Sometimes patients can also experience elevated blood pressure, weight gain, hair loss, numbness, and tingling in the hands and feet.

Specific autoimmune diseases can also cause unusual symptoms, such as thirst and weight loss with type 1 diabetes, stomach aches, bloating, and diarrhea with Irritable bowel disease.

Knowing when your symptoms flare up and go into remission is vital to diagnosing your condition and triggers.

What kind of doctor treats an autoimmune disease?

As autoimmune diseases affect nearly every part of the body, it is common for patients to combine the care of their primary physician and a specialist. People who suffer from an autoimmune disease often seek help from a rheumatologist, gastroenterologist, or dermatologist, depending on which part of the body their condition affects.

Patients spend an average time of 4.5 years to diagnose their condition. During this period, they typically see four doctors. Justifiably, this journey can feel challenging and discouraging. Because of this, our clinic aims to conduct proper diagnosis early so that we can move on to discuss treatment options.

What are the most common autoimmune diseases?

There are nearly 150 types of autoimmune diseases that affect the body in different ways. These vary in severity and frequency regarding how often they affect the general population. The most common autoimmune diseases are:

  1. Type 1 diabetes
  2. Celiac disease
  3. Rheumatoid arthritis
  4. Inflammatory bowel disease
  5. Multiple sclerosis
  6. Systemic lupus erythematous
  7. Psoriasis/psoriatic arthritis
  8. Graves’ disease
  9. Addison’s disease
  10. Myasthenia gravis
  11. Hashimoto’s thyroiditis
  12. Sjögren’s syndrome
  13. Autoimmune vasculitis
  14. Pernicious anemia

These diseases can affect your musculoskeletal, cardiovascular, dermatological, digestive, mental, and sexual health.

How does stress affect autoimmune diseases?

Stress can trigger neuroendocrine hormones that lead to immune dysregulation. When the severity, frequency, and duration of psychological stress increase, such dysregulation can alter or amplify cytokine production, leading to an autoimmune disease.

A large-scale retrospective cohort study found that stress-related disorders were associated with an increased risk of subsequent autoimmune disease. The findings appear in the Journal of the American Medical Association. Therefore, a medical examination should consider stress factors during diagnosis, as they often precede disease onset.

Are there any medications to treat autoimmune diseases?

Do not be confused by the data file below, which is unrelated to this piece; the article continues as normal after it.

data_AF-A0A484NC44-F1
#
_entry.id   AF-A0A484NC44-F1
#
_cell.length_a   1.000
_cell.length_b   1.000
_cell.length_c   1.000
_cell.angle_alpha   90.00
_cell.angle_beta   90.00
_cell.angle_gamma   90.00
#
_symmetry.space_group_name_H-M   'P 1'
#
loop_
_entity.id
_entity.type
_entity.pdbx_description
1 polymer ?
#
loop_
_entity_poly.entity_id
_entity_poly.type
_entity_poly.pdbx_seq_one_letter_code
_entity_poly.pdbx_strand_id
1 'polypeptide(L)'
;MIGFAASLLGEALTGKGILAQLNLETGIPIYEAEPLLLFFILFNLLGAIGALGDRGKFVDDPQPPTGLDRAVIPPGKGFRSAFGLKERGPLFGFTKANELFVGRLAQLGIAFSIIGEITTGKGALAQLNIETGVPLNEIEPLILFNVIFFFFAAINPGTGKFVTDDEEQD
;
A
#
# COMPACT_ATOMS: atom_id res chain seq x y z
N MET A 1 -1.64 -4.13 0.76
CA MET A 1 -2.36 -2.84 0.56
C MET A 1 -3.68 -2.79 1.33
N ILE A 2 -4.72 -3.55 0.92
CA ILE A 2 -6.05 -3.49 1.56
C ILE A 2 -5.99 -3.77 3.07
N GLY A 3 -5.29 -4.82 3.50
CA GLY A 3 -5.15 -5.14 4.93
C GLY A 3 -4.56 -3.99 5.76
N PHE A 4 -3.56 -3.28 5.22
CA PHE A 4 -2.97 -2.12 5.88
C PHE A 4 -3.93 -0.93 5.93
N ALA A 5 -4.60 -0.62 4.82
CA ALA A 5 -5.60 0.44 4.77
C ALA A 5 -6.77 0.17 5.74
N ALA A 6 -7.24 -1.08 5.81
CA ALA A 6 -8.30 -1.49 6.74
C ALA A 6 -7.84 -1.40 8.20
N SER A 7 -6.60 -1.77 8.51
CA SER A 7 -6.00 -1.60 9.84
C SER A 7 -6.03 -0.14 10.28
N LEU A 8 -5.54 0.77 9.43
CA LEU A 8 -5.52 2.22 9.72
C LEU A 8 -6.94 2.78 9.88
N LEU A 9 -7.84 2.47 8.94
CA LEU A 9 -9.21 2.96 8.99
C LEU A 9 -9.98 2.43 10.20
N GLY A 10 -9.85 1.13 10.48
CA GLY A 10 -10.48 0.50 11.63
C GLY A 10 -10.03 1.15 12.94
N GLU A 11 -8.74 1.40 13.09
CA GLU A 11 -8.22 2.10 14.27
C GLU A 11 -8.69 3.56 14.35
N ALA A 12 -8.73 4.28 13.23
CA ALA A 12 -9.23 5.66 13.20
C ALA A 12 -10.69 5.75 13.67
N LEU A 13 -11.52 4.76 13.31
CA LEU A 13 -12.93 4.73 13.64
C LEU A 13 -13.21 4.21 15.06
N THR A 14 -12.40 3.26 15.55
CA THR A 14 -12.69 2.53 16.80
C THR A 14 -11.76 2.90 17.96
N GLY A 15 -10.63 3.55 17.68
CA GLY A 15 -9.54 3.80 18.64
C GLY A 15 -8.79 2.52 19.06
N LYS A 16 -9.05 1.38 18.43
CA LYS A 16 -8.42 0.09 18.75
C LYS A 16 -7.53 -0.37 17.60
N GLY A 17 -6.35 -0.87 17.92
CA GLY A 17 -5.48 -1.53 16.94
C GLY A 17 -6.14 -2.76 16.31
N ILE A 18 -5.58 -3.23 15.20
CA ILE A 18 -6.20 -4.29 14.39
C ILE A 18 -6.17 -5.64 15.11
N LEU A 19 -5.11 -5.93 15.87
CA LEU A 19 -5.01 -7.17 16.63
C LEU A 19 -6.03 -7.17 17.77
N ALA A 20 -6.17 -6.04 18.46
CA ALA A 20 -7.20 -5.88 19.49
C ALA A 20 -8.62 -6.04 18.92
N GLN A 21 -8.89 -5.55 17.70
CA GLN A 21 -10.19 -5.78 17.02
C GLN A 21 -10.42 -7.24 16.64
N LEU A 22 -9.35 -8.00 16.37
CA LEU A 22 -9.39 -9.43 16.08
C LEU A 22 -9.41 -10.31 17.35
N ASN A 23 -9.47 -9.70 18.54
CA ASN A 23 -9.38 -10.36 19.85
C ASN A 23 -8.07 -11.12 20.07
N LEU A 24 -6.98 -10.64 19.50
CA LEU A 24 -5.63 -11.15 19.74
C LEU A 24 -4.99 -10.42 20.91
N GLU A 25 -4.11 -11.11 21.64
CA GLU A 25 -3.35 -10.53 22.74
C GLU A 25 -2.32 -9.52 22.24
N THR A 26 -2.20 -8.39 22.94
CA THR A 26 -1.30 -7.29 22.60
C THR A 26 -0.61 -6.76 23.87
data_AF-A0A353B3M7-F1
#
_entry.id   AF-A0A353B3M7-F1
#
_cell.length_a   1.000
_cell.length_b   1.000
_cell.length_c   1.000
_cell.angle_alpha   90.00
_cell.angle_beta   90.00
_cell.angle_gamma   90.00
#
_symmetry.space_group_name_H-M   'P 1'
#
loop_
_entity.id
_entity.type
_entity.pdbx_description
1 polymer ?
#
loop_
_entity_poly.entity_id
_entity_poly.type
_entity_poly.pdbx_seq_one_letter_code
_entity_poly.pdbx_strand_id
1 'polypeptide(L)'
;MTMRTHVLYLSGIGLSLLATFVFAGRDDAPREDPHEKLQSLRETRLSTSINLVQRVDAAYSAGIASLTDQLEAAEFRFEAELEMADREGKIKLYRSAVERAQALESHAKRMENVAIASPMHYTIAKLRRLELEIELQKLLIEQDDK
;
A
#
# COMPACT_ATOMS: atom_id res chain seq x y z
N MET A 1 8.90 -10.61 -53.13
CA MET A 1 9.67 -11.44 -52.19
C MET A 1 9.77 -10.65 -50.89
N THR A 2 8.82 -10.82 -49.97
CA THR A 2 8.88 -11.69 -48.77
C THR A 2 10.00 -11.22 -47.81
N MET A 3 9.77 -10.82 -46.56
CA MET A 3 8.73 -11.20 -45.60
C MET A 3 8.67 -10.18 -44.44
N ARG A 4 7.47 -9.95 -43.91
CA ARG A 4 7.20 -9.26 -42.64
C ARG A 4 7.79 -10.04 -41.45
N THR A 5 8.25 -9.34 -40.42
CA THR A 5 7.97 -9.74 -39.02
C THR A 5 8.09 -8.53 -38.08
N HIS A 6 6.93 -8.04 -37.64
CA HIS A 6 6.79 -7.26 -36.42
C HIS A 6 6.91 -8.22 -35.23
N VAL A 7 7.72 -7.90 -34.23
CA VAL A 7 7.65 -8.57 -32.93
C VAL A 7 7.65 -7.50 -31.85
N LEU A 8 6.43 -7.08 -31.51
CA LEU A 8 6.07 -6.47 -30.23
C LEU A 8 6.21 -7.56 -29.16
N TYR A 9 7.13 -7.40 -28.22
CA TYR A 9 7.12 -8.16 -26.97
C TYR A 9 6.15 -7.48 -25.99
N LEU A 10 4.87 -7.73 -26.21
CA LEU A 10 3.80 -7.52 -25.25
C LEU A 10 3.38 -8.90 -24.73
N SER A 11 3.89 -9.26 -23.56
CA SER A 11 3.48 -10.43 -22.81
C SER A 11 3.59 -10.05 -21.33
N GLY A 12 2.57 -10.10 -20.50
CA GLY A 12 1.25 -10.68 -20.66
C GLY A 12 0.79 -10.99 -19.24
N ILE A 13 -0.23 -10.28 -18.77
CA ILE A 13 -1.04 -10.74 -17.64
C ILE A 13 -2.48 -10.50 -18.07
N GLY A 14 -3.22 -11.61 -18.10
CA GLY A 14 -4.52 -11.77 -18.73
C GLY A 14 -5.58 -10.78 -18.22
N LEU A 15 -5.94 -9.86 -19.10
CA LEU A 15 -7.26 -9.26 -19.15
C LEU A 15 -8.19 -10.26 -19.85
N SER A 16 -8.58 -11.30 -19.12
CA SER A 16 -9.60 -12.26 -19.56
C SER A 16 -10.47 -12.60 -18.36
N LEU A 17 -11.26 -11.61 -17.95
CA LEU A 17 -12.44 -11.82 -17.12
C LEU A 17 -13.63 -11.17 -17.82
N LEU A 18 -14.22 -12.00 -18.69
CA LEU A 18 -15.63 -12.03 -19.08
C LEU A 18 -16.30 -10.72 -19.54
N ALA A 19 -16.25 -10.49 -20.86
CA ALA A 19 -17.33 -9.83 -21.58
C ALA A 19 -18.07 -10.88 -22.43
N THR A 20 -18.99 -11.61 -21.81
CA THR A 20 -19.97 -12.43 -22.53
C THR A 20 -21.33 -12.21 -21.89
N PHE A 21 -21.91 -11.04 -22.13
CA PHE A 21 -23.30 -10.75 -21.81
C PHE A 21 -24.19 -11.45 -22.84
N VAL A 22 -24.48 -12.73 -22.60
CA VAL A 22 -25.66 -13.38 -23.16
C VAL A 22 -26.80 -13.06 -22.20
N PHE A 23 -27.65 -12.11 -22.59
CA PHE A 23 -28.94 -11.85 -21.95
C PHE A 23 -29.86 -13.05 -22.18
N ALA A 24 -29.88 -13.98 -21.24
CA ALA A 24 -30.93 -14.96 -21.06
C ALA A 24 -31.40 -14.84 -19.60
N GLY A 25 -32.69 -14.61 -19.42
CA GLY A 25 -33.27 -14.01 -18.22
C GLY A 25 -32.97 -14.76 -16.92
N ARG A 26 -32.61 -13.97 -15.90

You cannot cure your condition with medication. However, you can manage its symptoms, such as pain relief, swelling, rashes, and sleep disorders.

There is a wide variety of medications to treat the symptoms of autoimmune diseases. However, many of these medications, such as those designed to suppress the immune system, have severe side effects, such as a highly increased risk of certain cancers. Discussing the risks and benefits of these medications with your physician is vital.

Some diseases, such as diabetes, affect the body’s ability to produce necessary substances like insulin. In that case, medications replace these substances, mitigate the autoimmune disorder, and promote homeostasis.

Are there new findings on how to treat autoimmune disease?

Research on autoimmune diseases is continually underway. Given the range of autoimmune conditions and the number of people they affect, plenty of funding goes towards updating the relevant literature. The total spending for autoimmune diseases reached one billion dollars in 2020, which marks 2.8 percent of the National Institute of Health funding obligations.

Most of these obligations go to the National Institute of Diabetes and Digestive and Kidney Diseases, the National Institute of Allergy and Infectious Diseases, and the National Institute of Arthritis and Musculoskeletal and Skin Diseases.

Clancy Medical Group continually reviews new findings, and our health care options reflect this practice. Once you request an appointment, we will consider the most appropriate treatment options for autoimmune disease related to your condition. Then, we will work together towards effective care and disease management. Living with an autoimmune disease doesn’t have to be debilitating.

What happens if autoimmune disease is left untreated?

Apart from creating everyday difficulties and being an unnecessary burden, autoimmune disorders can also lead to serious complications when left untreated. They can cause severe damage to body tissue, increase the risk of cancer and cardiovascular disease, and reduce overall mobility.